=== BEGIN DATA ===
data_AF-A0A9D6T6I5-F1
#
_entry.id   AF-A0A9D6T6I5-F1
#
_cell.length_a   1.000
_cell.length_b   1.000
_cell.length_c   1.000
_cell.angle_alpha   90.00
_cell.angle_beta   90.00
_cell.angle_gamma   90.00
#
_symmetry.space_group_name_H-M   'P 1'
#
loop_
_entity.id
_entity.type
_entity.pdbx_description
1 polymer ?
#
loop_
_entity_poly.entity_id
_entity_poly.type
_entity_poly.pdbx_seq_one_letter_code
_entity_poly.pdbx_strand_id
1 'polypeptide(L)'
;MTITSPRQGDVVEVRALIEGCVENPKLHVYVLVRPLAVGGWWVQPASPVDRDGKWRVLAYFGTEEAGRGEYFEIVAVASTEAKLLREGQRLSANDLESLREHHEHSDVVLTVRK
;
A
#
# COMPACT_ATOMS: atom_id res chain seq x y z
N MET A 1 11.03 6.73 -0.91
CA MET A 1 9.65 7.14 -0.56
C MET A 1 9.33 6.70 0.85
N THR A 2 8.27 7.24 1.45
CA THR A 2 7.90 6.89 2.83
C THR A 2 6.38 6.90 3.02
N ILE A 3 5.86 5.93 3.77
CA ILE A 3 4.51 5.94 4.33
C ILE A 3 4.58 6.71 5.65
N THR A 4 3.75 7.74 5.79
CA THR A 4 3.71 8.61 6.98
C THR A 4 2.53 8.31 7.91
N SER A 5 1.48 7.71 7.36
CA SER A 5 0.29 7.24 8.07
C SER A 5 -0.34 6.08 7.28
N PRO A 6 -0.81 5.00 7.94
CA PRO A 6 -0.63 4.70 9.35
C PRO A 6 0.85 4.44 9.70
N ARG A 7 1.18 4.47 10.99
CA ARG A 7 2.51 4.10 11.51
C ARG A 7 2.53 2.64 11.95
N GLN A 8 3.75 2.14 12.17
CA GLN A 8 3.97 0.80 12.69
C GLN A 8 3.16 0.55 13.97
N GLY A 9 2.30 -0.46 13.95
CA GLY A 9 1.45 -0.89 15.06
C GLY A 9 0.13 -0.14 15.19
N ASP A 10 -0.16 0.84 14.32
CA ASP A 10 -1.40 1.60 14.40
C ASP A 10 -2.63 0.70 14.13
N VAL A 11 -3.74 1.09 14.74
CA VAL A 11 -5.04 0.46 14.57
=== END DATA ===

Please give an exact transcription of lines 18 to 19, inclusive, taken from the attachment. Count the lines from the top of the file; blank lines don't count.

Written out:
1 polymer ?
#